The King Sada has also been styled as Maharaja Kalinga Mahisika Adhipati Mahameghavahana. Both Kudepasiri and Sada, happen to be the successors of Kharavela, have never been stated in their respective inscription to be belonging to Cedi dysasty. It is significant that the word Aira has not been prefixed with the name of Sada.
The Vahana ending dynastic (and personal) names were quite popular during the few centuries preceding. The meaning of Mahameghavahana is the great one riding on clouds. Dr. Sahu takes Maha as the prefix of Megha and opines: “ Mahameghavahana literary means one whose vehicle is great cloud”.
In line 17 of the Hathigumpha inscription Kharavela claims to have been descended from Rajarsi Vasu Kula. King Vasu recorded in Hathigumpha inscription can not be taken as Chedi king. It is pertinent to note in the context that in Mahabharata, Meghavahana as a dynastic name is found mentioned (Sabha Parva, Mahabharata/Book II Chapter 13) while the same epic preserves detailed accounts regarding the activities of Chedi dynasty (Adi Parva, Mahabharata/Mahabharata Book I Chapter 63). Chedi and Meghavahana have been flourished as two distinct dynasties since the early times, so both the dynasties should not be equated.  We have already stated earlier that Chetaraja was the father of Kharavela and it seems probable that he was the immediate predecessor of Kharavela, belonging to be the second king in the Mahameghavahana line in Kalinga.
The line-7 of the Hathigumpha inscription indicates that the Queen of Vajiraghara (Chief Queen of Kharavela ?) gave birth to a son. Another inscription in the lower storey of the same caves informs us that it had been executed by the Aira Maharaja Kalingadhipati Mahameghavahana Kudepasiri. In this cave another inscription is incised which reveals the name of Kumara Badukha. It is to be noted here that Kumara Badukha has not assumed any royal title. However, it is difficult to be sure of the relationship between Kharavela and Kudepasir. As no available record speaks any thing more about prince Badukha, he stands an obscure figures, in history but seems to be the son or brother Kudepasiri.
The Sada rule came to an end during end first century / early second century A.D. 
As pointed out earlier it needs more research to find the exact origin of Kharavela. The author got a chance to visit Udayagiri and Khandagiri caves near Bhubaneswar on 15-2-2007 and saw Hathigumpha inscription personally. The main source of information about Kharavela is his famous seventeen line Hathigumpha inscription in a cave in Udayagiri hill near Bhubaneswar in Orissa.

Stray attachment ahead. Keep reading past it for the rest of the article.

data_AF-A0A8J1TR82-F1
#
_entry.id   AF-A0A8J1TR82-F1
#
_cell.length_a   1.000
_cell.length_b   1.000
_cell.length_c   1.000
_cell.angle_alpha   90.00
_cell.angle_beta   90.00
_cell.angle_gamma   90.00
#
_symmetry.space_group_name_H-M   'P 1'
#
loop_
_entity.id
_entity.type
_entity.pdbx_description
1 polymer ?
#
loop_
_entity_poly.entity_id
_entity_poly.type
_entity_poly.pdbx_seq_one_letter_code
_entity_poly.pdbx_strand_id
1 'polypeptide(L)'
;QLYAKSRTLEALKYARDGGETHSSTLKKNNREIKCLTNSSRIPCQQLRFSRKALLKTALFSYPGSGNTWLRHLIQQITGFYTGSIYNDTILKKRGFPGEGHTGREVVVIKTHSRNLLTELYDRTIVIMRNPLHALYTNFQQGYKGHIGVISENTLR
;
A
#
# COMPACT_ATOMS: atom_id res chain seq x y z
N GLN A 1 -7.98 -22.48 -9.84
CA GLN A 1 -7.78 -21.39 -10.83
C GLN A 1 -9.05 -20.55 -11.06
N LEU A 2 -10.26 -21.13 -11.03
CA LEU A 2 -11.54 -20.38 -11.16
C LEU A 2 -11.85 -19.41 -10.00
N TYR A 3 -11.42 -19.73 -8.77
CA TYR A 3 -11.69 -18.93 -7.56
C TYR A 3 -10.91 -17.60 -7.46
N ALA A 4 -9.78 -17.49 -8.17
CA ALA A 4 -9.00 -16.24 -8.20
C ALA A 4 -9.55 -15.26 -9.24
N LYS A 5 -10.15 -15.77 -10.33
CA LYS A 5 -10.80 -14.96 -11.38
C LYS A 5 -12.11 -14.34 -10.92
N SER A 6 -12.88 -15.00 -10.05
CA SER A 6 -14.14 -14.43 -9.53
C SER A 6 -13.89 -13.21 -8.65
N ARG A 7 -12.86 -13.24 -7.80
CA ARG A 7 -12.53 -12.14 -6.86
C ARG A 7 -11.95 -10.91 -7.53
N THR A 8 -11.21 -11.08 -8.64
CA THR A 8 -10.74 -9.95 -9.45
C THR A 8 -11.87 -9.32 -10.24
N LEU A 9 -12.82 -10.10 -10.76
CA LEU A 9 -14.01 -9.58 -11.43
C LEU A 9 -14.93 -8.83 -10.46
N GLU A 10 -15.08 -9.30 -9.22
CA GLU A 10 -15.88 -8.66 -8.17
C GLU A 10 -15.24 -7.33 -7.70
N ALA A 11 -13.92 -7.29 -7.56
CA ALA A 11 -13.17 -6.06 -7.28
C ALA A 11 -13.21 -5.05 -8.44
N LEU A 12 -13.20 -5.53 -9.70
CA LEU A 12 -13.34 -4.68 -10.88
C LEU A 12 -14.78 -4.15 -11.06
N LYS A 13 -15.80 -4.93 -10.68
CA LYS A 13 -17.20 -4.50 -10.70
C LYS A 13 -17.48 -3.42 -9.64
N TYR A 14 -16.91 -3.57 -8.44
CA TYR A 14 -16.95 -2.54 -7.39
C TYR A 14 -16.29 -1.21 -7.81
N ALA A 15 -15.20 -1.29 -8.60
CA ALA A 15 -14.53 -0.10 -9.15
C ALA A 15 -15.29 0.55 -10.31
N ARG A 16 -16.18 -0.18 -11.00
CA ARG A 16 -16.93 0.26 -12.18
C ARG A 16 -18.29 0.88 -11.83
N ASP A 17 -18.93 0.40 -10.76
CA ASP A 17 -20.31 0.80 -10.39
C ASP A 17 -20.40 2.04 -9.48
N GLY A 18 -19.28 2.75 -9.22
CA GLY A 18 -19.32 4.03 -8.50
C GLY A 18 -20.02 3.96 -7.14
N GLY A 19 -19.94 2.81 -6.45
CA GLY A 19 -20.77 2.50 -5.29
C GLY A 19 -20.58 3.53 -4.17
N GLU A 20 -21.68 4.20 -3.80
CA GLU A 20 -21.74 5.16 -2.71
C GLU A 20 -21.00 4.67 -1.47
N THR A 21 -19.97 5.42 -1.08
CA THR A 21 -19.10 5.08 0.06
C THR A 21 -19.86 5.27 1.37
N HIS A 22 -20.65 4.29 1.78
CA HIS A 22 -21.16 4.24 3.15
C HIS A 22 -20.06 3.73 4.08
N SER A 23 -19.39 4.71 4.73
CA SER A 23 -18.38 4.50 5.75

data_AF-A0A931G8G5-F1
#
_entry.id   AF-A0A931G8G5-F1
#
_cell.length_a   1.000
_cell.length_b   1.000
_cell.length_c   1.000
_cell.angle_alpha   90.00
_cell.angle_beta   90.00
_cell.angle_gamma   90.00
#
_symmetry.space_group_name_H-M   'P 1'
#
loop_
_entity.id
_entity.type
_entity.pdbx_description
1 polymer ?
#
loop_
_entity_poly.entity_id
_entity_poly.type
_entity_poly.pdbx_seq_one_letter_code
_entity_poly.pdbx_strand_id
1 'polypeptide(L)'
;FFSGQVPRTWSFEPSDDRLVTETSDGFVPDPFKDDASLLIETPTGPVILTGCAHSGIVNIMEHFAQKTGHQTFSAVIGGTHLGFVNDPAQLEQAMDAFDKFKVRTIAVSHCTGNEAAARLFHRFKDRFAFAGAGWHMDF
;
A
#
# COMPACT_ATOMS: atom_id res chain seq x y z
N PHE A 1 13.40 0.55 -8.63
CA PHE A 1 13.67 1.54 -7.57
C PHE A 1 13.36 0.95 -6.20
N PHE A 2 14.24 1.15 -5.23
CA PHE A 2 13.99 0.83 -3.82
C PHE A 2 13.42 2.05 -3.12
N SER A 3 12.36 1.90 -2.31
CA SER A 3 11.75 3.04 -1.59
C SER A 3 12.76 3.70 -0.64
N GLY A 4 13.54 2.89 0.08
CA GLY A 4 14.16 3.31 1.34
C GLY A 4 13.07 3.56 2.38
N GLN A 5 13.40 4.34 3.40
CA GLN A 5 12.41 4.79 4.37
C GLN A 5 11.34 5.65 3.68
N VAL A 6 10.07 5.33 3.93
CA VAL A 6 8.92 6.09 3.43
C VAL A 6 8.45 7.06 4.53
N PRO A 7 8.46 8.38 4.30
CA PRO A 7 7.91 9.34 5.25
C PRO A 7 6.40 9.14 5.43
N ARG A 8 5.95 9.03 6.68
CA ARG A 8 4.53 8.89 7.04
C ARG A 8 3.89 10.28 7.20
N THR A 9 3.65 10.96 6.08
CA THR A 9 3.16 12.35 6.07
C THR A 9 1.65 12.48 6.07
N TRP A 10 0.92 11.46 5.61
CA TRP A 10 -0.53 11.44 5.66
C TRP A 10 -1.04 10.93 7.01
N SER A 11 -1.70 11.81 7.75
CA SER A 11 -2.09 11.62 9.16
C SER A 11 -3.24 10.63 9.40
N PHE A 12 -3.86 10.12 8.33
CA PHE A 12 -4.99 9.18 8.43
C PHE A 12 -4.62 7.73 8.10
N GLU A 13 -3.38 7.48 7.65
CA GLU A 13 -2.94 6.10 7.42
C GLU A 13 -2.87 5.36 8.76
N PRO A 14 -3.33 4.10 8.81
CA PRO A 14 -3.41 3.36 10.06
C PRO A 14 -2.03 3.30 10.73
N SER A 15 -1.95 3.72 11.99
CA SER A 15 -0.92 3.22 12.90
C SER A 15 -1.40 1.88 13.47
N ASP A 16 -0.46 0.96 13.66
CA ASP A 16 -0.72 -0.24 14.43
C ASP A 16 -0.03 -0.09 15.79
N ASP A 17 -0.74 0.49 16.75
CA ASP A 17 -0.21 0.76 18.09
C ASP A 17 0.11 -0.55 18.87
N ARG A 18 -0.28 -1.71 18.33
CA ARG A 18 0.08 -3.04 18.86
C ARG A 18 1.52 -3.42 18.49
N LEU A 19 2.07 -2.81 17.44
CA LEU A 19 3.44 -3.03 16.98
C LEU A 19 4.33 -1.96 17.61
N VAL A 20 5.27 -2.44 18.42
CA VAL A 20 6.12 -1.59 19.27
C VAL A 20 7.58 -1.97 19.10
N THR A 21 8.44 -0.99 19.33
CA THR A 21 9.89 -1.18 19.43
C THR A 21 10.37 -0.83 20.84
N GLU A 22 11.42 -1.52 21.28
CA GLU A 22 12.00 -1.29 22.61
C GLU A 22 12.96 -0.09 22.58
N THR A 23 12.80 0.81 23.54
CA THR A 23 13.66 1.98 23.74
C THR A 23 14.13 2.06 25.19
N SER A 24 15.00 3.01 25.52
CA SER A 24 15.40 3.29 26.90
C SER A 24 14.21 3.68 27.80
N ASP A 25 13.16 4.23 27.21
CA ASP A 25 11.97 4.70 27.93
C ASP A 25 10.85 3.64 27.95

To arrive at some conclusion we have to find the origin of words mentioned in Hathigupha inscription. From the very first line we find that
- Aireṇa Mahārājena Mahāmeghavāhana Cetarāja vasa Vadhanena xxx Kalimgādhipatinā Siri Khāravelan
Khāra word of Hindi indicates its linkages with northwest India. It means the origin of this clan is from Salt-range area situated in Sindh, which is considered to be the original home of Jats by historians. 
We agree with scholars who are inclined to take the word’ ‘El’ or ‘Ail’ as dynastic name and connected with the ancestry of Kharavela with the puranic Aila belonging to the lunar Kshatriya dynasty. Chetraja was his father as proved above. It is very important to note the significance of word Mahāmeghavāhana. I did an analysis of Jat gotras in Muzaffarnagar district in Uttar Pradesh and found that Kharav gotra Jats live in village called Meghakheri.
Meghakheri (मेघाखेड़ी) is a village in Sadar tehsil of Muzaffarnagar district in Uttar Pradesh. It is very ancient village. Population of the village is about 3000. It is mainly a village of Kharav Jats. Out of total population 50 percent are Kharav gotra Jats. Other Jats are Malik only four families. 
Thus we can conclude that Kharavela was a king of Kharav Jat clan originated from village Meghakheri and got the title of Mahāmeghavāhana on this basis.
Jat clans associated with Kharavela